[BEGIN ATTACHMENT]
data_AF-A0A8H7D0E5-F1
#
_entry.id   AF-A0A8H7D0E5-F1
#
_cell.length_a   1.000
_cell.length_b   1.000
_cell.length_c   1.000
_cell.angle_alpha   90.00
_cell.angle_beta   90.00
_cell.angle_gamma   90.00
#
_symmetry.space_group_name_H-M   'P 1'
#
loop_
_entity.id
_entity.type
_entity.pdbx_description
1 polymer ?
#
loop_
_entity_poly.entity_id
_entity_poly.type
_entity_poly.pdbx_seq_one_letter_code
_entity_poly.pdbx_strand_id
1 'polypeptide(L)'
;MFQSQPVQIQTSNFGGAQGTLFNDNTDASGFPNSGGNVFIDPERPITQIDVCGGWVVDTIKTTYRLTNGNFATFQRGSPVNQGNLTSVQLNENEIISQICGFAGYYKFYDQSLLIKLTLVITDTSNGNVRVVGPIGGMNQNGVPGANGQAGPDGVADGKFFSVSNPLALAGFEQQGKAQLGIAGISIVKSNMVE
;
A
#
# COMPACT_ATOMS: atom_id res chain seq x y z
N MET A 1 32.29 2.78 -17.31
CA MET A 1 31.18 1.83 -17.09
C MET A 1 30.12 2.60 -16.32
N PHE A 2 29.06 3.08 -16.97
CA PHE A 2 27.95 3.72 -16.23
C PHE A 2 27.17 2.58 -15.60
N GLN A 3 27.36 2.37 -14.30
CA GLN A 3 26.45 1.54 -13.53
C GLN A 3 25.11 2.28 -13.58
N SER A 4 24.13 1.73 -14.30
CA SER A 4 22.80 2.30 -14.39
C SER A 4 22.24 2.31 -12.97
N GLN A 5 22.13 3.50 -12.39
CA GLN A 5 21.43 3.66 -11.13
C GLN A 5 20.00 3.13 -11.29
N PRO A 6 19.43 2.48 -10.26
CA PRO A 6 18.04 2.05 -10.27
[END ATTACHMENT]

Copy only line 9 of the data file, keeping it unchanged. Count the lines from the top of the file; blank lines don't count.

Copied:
_cell.angle_beta   90.00